It is a tale as predictable as the Sun rising in the East: Univision anchor Jorge Ramos has turned on President Joe Biden for being insufficiently hospitable towards the waves of migrants presently rushing the nation’s Southern border.
Here’s our periodic reminder that Ramos remains the sole national anchor with a syndicated column, this time succinctly titled “This Is Not What Biden Promised”:
Just as the president has failed in his well intentioned effort toward a “fair, orderly, and humane immigration system,” his drive to get Congress to approve an immigration reform that would legalize the majority of the 10 million undocumented immigrants in the United States has collapsed. The Senate does not have the 60 votes needed to approve an immigration reform or the political will to end the filibuster, which would allow passage of a new immigration law with just 50 votes.
Also failed was the plan to legalize millions of Dreamers and farm and essential workers through the complicated process of budget reconciliation in Congress. The Senate's parliamentarian has twice said “No.” And Democrats do not dare say no to the parliamentarian.
That leaves Biden in a precarious situation. None of his campaign promises on immigration – with the exception of Temporary Protective Status for Venezuelans – have been met.
Democrats, who today control the White House and both chambers of Congress, have been famous for promising much and delivering little. We have been hearing their promises since 1986, and millions of undocumented are still waiting. If this continues, and Biden and the Democrats don't do something dramatic and effective, Hispanic voters could revolt in the 2022 and 2024 elections.
Ramos is mad at all of it. When Quinnipiac’s recent poll revealed that 69% of Hispanics were dissatisfied with Biden’s handling of the border crisis, I warned that a significant portion of that figure consisted of people mad that the border has not been flung wide open enough, and Ramos’ column exemplifies that. Recall how Ramos and Biden went back and forth over his vote to fund the Secure Fence Act of 2006:
RAMOS: In 2006 you voted for a fence at the border with Mexico. How is that any different than with the border- and with the wall that President Trump wants to build?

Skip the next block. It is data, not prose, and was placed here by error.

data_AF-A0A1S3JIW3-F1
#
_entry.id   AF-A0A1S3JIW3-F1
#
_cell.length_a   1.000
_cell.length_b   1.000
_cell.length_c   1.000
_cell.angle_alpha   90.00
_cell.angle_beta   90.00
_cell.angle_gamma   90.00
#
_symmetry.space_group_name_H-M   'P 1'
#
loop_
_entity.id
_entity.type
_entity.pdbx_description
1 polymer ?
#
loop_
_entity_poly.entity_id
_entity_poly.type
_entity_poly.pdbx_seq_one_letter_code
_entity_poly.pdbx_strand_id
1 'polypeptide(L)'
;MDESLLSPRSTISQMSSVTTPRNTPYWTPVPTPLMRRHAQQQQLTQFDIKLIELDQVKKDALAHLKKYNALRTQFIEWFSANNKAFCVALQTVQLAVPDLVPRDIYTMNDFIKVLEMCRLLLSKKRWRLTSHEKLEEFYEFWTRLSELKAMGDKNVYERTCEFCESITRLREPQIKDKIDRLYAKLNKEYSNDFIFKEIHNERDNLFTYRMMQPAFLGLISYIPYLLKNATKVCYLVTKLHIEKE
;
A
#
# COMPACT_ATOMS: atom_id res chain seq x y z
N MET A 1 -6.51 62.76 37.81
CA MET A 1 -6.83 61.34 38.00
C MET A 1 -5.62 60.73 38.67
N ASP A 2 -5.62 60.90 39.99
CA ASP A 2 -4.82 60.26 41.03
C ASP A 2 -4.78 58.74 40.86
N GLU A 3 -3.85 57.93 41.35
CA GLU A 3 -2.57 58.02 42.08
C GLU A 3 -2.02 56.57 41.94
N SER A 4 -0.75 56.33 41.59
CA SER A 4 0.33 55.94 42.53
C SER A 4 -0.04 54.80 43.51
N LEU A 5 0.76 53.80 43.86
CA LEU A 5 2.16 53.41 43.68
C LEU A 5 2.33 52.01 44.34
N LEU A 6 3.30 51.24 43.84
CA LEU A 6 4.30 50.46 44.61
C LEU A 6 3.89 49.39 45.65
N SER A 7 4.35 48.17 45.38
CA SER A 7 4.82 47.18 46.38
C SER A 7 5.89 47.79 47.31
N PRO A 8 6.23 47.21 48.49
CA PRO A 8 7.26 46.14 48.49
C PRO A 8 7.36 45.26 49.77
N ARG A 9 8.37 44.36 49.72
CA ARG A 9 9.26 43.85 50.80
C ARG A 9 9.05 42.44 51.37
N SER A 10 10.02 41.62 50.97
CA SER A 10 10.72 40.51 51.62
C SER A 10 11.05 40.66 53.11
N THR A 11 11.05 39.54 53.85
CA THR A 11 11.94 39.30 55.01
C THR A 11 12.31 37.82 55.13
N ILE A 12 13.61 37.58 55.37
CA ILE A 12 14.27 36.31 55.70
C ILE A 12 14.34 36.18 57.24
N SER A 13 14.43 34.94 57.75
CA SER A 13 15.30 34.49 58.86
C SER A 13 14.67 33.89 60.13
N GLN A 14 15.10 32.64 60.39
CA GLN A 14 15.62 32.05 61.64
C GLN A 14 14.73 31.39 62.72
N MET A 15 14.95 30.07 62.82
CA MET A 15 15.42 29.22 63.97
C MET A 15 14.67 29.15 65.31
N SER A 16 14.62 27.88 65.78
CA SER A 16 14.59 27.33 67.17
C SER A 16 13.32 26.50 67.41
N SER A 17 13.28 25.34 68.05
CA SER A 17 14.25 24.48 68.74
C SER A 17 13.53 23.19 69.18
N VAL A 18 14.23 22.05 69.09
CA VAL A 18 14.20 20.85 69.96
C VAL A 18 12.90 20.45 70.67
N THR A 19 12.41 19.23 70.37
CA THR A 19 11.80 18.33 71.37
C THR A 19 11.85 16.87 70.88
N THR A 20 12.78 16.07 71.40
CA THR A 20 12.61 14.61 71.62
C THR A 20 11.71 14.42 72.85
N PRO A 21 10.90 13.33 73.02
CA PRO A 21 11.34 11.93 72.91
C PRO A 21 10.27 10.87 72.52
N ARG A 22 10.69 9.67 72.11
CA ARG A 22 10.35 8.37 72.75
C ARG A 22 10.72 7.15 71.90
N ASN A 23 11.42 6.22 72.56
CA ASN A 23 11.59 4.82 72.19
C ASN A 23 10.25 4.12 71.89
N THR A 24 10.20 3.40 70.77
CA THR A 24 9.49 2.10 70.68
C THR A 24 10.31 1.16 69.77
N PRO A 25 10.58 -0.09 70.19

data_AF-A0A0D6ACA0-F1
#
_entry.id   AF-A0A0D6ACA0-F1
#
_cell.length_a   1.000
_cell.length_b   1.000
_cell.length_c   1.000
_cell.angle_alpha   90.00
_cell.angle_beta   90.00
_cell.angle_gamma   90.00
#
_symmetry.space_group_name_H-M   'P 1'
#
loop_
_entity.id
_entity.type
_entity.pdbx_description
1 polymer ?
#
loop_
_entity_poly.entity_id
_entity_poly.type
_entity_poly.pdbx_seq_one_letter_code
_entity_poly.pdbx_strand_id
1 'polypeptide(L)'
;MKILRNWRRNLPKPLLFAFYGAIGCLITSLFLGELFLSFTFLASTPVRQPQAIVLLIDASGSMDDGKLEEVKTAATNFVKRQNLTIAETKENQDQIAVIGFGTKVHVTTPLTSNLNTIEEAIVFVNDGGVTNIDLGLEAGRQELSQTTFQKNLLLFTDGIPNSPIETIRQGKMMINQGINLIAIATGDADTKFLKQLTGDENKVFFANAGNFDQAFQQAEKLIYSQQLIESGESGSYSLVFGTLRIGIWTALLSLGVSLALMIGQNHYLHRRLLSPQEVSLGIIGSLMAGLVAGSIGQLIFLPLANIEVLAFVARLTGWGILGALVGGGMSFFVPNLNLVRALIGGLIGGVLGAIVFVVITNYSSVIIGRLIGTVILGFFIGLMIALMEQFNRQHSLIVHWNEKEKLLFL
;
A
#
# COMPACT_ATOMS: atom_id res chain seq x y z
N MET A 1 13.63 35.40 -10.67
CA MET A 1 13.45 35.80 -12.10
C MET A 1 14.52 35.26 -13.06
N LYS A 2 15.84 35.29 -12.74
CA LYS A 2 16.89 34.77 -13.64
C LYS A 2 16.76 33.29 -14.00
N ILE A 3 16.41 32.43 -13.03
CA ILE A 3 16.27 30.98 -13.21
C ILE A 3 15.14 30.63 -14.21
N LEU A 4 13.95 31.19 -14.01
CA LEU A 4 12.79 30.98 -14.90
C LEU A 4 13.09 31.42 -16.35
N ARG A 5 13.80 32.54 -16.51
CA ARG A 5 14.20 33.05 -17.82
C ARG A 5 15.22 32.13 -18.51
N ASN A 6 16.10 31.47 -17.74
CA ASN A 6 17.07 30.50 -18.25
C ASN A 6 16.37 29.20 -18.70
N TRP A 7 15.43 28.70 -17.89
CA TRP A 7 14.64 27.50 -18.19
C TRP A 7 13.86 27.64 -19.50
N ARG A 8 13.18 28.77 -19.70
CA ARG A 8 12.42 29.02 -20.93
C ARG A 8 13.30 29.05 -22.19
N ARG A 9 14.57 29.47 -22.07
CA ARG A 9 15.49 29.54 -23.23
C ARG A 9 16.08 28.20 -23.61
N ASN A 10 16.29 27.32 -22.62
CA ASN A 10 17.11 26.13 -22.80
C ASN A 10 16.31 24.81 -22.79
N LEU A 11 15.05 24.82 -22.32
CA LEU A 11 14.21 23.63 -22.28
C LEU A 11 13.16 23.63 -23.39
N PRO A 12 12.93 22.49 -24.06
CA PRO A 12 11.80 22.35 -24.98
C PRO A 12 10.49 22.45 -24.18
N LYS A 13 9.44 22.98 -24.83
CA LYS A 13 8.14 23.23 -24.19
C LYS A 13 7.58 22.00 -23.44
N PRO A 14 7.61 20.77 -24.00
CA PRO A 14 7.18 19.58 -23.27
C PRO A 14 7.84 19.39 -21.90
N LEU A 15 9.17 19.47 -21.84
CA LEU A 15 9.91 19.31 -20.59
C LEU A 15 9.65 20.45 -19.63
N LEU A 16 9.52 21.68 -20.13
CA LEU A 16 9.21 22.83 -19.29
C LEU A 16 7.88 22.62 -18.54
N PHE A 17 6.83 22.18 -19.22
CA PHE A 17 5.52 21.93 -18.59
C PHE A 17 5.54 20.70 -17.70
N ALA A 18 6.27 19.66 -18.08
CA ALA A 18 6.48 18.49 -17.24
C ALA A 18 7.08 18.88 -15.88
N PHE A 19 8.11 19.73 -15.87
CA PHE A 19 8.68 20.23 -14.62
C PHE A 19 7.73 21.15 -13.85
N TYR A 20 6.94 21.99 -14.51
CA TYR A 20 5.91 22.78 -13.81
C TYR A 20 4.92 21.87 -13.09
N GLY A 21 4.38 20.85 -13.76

BIDEN: We’re talking about a fence versus a wall that he wants to build from sea to shining sea.
RAMOS: But you wanted a wall. You voted for a wall.
BIDEN: I voted- yeah, but it was a small portion of this. It wasn’t- look, there are certain places where it makes sense...
RAMOS: It’s part of the concept, Mr. Vice President. The concept of building a wall.
BIDEN: The con… you mean if you build any wall anywhere, including at points of legal embarcation that….that’s the same as what this guy is doing? C’mon, Jorge.
RAMOS: I’m asking you, I’m just asking you, what’s the…
BIDEN: You know what you’re asking me- you’re not making an honest comparison.
RAMOS: You...you voted for a fence and Trump wants a fence and a wall, too, right?
BIDEN: No, he wants to spend billions of dollars on it…
RAMOS: He does. He does.
In the interest of accuracy, it is worth noting that Biden only ever promised to send a bill to Congress on Day One, which he did and which was dead on arrival. But Latino media had deeply invested itself in a narrative of radical change to our nation's immigration policy as a result of Biden's election. The border crisis and the death of both Biden's immigration bill and the scheme to stuff immigration reform into non-related legislation via reconciliation (which Ramos first gave oxygen to immediately after Biden took office) now make the activist Latino media look ridiculous.
Be sure to read the whole column, especially the part where Ramos declares Biden to now be as bad as Trump. And then remember why it is that Ramos and the rest of the Latino activist media are so vested in a porous border:
JORGE RAMOS, SENIOR ANCHOR, UNIVISION: I think the future of Spanish-language media is assured for decades, simply, for a very simple reason: Despite of the fact that the majority of the growth within the Hispanic community is coming from people being born here, we still have one to two million immigrants, legally and illegally coming in every single year. Most of them speak Spanish. So, therefore, we have a market that is growing and growing.
And I think we can assure you that in the next few decades, you'll see Spanish-language media. That's another topic completely, but the Latino community is keeping so many elements from their country of origin, including Spanish- 9 out of 10 Latinos speak Spanish...speak Spanish at home- that- and we're doing things that Italians didn't do, or Russians, or Eastern Europeans didn't do- and the closeness to our countries of origin and the communications that we have are keeping Spanish-language media alive. And thanks to that, it's a new power that other immigrant communities didn't have in the past.